The Conservative Party of Canada is in danger of running out of people to throw under the bus.
The pressure is on the federal government to answer questions regarding the senate scandal. Increasingly, the demand for accountability is falling directly on Prime Minister Harper.
On Tuesday, Senator Mike Duffy, facing suspension, took direct shots at Harper. Duffy claimed he had a meeting with Harper and his former chief, Nigel Wright. In the meeting, Harper allegedly told Duffy to repay the $90,000 in improper expenses.
If that’s true, it implies Harper knew about Wright’s cheque to Duffy. Wright was fired for that mistake.
Harper has repeatedly denied he had any knowledge of Wright’s cheque to Duffy.
Duffy, along with senators Pamela Wallin and Patrick Brazeau, created the most substantial crisis Harper’s government has dealt with since assuming power.
It’s not over yet.
Waiting for this senate storm to pass has not made it disappear. After Duffy’s comments on Tuesday, the prime minister had no choice but to take every question addressed to him on the matter in question period Wednesday.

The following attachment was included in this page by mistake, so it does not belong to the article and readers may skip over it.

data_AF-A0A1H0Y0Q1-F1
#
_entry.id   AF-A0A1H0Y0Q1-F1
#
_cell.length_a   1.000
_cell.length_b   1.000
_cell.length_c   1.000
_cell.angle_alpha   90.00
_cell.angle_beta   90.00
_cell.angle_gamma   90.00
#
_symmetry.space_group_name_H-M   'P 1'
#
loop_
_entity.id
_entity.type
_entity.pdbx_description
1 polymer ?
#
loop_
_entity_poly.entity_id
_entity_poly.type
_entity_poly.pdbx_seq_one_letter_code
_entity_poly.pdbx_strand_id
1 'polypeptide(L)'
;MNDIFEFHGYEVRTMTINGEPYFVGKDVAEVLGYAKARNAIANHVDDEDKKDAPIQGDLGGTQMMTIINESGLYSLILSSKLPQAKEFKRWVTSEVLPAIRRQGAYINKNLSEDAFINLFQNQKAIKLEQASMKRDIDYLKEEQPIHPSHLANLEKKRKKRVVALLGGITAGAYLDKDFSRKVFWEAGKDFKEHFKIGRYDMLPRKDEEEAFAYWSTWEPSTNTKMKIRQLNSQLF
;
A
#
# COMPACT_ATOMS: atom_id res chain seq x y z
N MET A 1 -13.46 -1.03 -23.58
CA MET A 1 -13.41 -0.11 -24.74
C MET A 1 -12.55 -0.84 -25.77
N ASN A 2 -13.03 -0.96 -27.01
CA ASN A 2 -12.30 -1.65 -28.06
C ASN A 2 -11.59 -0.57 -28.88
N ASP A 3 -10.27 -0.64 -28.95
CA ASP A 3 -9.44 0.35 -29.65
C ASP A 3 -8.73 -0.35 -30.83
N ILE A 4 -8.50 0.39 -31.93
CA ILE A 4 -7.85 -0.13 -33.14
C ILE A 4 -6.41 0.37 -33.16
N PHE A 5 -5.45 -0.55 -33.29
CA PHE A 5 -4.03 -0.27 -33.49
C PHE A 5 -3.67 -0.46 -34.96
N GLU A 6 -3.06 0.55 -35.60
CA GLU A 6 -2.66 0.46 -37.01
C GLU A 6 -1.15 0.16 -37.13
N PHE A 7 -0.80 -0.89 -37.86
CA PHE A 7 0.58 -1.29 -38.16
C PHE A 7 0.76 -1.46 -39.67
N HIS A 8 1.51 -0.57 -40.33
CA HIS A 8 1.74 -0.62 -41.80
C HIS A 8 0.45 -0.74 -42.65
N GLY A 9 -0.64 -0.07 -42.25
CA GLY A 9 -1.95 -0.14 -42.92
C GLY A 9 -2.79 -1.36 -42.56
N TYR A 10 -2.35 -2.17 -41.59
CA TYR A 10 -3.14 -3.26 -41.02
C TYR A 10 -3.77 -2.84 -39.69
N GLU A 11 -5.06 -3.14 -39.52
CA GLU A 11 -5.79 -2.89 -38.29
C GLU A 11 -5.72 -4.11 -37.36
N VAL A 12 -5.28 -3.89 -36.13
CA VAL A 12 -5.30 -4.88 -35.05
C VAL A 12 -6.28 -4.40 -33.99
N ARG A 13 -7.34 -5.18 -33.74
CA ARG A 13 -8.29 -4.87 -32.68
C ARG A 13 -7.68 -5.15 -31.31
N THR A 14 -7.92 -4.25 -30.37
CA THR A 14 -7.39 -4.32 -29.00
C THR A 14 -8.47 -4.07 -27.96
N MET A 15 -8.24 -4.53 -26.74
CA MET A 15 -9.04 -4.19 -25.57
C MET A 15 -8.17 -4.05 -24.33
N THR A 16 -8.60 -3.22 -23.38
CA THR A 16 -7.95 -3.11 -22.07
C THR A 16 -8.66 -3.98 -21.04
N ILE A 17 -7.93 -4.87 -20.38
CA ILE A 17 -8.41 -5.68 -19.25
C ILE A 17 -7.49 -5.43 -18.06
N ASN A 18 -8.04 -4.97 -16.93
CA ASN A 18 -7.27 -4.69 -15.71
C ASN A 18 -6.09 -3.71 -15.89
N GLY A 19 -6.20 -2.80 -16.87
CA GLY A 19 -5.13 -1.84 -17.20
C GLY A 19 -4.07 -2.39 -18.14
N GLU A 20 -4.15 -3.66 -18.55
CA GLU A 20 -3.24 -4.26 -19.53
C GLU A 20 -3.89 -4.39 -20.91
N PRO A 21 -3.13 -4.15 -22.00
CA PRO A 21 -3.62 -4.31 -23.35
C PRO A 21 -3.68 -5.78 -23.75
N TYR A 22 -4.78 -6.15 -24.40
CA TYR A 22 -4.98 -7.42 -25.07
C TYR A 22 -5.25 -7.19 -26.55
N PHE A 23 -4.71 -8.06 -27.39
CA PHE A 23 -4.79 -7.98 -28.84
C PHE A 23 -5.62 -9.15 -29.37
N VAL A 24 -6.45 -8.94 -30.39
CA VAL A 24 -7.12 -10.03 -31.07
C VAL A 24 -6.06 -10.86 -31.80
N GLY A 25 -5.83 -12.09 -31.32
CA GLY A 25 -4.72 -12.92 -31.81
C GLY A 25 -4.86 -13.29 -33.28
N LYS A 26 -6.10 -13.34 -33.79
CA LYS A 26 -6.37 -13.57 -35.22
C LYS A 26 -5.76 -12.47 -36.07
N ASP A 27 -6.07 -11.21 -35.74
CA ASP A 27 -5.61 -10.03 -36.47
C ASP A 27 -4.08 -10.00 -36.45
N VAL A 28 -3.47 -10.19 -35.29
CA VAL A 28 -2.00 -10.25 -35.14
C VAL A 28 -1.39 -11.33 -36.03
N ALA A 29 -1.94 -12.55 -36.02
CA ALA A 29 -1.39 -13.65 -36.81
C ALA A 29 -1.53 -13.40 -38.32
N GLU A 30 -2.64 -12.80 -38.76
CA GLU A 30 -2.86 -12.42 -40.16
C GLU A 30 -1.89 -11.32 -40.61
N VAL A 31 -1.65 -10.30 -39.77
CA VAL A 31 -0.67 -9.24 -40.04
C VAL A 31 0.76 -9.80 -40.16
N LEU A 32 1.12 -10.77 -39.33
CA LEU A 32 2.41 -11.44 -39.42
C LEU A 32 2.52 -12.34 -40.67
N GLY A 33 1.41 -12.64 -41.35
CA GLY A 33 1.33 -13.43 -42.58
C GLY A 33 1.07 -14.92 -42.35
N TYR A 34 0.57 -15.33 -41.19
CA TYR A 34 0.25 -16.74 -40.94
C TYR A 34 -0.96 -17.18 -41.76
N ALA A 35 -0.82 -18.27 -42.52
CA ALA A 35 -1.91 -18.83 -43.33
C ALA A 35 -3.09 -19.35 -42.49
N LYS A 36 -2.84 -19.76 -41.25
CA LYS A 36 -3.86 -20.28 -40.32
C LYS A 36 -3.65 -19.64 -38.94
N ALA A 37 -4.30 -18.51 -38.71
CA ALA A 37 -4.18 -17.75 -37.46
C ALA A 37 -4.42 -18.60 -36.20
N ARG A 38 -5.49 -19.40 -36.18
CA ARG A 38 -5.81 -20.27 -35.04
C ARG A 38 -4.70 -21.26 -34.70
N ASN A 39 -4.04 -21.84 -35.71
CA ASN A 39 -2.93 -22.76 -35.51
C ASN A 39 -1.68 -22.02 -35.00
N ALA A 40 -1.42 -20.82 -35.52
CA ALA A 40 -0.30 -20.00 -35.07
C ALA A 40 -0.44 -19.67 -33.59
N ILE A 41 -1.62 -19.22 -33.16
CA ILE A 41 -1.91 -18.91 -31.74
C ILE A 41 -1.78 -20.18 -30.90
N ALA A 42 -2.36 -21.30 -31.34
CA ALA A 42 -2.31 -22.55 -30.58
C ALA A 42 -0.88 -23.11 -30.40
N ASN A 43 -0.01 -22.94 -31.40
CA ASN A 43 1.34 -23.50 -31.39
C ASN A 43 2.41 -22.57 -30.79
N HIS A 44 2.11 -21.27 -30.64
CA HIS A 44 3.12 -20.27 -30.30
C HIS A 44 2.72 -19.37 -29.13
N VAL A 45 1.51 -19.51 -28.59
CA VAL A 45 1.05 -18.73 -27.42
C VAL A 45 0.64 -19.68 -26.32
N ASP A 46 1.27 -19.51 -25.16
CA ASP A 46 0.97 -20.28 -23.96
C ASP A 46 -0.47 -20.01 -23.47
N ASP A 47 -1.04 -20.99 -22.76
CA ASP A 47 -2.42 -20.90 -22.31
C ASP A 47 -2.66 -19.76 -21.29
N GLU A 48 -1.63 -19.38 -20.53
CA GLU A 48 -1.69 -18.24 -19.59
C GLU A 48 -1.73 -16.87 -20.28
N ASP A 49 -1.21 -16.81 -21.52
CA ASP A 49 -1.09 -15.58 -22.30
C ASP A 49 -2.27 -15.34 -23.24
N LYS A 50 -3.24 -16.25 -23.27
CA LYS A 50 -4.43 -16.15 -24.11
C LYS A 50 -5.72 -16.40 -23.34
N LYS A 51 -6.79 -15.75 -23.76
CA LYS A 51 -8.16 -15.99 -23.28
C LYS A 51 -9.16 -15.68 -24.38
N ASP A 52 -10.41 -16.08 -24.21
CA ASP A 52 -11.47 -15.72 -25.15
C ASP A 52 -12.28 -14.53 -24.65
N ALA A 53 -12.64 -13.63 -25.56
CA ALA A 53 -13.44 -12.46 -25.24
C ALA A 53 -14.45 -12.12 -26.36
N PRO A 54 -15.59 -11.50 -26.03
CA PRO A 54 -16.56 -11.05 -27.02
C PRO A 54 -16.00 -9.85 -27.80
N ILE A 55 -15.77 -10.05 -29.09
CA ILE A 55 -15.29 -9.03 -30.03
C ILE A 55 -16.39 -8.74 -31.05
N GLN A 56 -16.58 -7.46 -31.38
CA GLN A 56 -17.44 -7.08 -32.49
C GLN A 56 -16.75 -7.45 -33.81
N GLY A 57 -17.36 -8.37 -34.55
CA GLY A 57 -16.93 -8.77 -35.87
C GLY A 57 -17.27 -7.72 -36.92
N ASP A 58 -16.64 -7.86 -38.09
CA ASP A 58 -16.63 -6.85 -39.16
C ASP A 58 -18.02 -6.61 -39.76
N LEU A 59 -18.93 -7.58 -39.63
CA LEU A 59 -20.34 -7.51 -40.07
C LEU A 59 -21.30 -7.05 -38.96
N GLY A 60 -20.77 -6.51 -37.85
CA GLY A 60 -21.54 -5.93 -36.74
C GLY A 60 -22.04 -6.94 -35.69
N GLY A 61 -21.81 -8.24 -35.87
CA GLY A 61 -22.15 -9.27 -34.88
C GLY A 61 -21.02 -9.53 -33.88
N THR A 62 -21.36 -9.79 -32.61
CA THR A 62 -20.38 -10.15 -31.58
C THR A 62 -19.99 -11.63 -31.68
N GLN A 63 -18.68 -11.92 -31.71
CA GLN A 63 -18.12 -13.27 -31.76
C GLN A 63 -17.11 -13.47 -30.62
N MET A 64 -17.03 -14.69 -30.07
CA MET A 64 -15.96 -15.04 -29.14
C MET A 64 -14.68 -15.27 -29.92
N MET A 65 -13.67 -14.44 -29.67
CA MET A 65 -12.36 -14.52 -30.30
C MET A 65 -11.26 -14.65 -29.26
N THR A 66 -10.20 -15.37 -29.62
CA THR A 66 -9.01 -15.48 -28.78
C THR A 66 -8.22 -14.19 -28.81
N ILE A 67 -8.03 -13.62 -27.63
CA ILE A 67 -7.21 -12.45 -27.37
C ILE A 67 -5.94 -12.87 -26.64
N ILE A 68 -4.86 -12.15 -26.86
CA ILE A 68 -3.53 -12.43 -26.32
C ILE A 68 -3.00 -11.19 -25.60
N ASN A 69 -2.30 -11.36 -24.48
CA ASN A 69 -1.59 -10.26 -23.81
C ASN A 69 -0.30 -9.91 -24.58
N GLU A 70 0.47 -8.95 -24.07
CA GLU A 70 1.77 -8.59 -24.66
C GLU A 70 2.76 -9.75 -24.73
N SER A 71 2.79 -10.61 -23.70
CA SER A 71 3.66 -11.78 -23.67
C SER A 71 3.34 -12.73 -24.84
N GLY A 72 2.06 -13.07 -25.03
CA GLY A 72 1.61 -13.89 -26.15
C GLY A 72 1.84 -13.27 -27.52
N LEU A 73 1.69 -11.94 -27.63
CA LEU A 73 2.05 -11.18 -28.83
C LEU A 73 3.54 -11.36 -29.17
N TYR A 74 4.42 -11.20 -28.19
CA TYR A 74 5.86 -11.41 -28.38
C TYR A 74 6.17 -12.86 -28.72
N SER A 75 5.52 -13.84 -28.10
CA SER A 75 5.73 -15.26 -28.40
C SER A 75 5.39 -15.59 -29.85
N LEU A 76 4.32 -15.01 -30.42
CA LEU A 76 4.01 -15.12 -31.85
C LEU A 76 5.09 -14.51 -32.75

Harper said any assertions about his involvement or knowledge in Wright’s cheque to Duffy was false.
Duffy is a man with little to lose. In his view, he was — and continues to be — the victim of a “political scheme.”
Harper is one of the best politicians this country has ever seen. His abilities to control his own party and keep media carnivores at bay have earned him a majority government.
The Conservatives have made several political missteps, but the party has always succeeded in removing them from public consciousness.
The senate scandals will not fade away, not even by 2015 for the next federal election. It will be a topic that is brought up during the campaign trail and debates. Canadians know that there is something wrong with the rules of the Senate, but the election won’t be decided by senate reform. The next election will be decided by which of the three parties has the public’s trust.
The Conservatives have kept our economy relatively strong and have gotten tougher on crime, but the party that appealed to some because of its unity is now more renowned for its constant flow of scapegoats.
All Times-Herald editorials are written by the editorial staff.